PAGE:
Minggu, 17 Januari 2010

The Game Change Exchanges No One is Talking About

A thoroughly entertaining book, The Game Change, has brought to light some “wish we hadn’t said that” moments from almost everyone associated with the 2008 Presidential campaign scene. So I just couldn’t wait to get my hands on a copy to see for myself what all the hubbub was about, especially when I heard that Harry Reid, the gosh-darn nicest, I-don’t-have-a-racial-bone-in-my-body kinda guy is credited with the now infamous line spoken when he was trying to make the case that the country was ready for a black presidential candidate…and referred to Obama as a “light-skinned African American with no Negro dialect, unless he wanted to have one. ”

And that was just the tip of the iceberg. Why even Bill Clinton “Mr. Harlem 2002” has been credited with some off-color comments such as suggesting to Teddy Kennedy that a scant few years ago, Mr. Obama would have been getting him coffee. “I’ll take mine black, please.”

After reading between the lines, I was able to find these quotes that were somehow missed by mainstream media in their haste to get the word out on the street as quickly as possible as to just how petty, stupid, moronic, egotistic, and yes, overtly racist most people associated with our government truly are when they think no one is watching:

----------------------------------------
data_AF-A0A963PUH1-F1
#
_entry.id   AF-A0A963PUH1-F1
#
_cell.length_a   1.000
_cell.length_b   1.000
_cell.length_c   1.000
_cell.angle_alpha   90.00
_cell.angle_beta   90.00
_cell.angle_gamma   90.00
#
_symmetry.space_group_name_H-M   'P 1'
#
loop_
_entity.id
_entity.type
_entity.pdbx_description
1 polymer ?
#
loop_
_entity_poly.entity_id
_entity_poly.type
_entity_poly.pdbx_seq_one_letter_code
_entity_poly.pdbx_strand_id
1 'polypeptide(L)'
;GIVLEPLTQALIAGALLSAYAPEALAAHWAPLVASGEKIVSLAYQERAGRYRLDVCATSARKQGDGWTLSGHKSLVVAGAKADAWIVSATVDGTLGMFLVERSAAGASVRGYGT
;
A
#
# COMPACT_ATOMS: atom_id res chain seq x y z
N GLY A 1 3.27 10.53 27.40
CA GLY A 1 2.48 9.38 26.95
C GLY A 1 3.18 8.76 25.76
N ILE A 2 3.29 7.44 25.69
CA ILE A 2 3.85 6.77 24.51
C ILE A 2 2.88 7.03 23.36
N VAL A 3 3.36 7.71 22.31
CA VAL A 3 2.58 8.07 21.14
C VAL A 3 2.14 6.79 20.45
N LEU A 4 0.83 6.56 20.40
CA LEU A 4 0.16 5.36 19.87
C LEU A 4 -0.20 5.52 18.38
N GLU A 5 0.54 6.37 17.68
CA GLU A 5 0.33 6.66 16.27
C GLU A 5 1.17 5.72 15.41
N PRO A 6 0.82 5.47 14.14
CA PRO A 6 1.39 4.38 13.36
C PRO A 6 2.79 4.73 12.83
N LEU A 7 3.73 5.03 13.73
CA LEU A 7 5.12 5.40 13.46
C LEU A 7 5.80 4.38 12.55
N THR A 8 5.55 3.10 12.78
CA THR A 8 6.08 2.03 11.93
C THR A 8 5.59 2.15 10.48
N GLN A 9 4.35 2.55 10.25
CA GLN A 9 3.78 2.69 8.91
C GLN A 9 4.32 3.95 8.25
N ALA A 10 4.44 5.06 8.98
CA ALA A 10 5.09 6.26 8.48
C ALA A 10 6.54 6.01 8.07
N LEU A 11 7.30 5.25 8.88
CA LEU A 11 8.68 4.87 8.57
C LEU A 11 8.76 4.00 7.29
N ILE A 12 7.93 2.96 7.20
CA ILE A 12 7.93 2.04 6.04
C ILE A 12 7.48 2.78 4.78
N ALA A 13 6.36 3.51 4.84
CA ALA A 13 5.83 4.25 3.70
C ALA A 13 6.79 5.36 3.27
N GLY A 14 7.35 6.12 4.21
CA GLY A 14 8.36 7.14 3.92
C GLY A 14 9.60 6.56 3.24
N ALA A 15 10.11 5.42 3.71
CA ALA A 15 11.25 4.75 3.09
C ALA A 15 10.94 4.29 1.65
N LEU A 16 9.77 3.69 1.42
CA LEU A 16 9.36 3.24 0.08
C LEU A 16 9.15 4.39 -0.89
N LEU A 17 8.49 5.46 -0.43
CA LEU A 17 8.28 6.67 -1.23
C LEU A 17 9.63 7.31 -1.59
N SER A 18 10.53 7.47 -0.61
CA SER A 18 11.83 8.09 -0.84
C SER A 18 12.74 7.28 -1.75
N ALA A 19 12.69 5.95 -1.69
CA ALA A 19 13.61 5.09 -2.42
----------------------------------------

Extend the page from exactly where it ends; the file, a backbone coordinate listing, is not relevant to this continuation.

During a stop for a Memorial Day picnic in Waterloo, Kansas, John McCain was said to be having a rare hissy fit due to a menu change that he did not approve. According to his campaign manager, it was decided that from Memorial Day forward, there would be no eating of watermelon at any of the picnics John attended. “John loved watermelon,” his publicist is quoted as saying, “but they wouldn’t let him have any because on the off chance that his photo would have been snapped with a big slice of watermelon in his hands, it would look like he was trying to parody Obama.”

The Obama campaign was having racial issues of its own when, during the time that the media was busy snapping pictures and making up mean things to say about Sarah Palin being dressed in designer duds, one of Obama’s top advisers made this comment: “they (the media) should be less concerned with Palin wearing Valentino and more concerned about those ‘tighty-whiteys’ John McCain is obviously sporting beneath his seersucker suits,” off-handedly referring to the overt whiteness of McCain’s campaign.

In addition, a source close to Congressman Jefferson “Jeff” Beauregard Sessions III (R-Al)( I am not making this name up), states that Jeff was having a particularly hard time wrapping his head around the fact that there was a good chance that a man of color with a name like Islam had a chance of making it all the way to the White House that he let slip his thoughts to no one in particular, “I’ll tell you right now, if you think that we are going to let this go much further, then you haven’t seen what we are really like when we go into high gear. We’ll be all over the Obama campaign like ‘white on rice.’” Unfortunately, no one knows who “we” are but we (that’s me) have a pretty good idea.

And finally, there was a statement that beat them all when Sarah Palin was caught early one morning chatting with the official McCain campaign laundress: “Hi, Josephine, can I call you Josie? I just wanna know there, how do you get the whites so white and the coloreds so darned bright?

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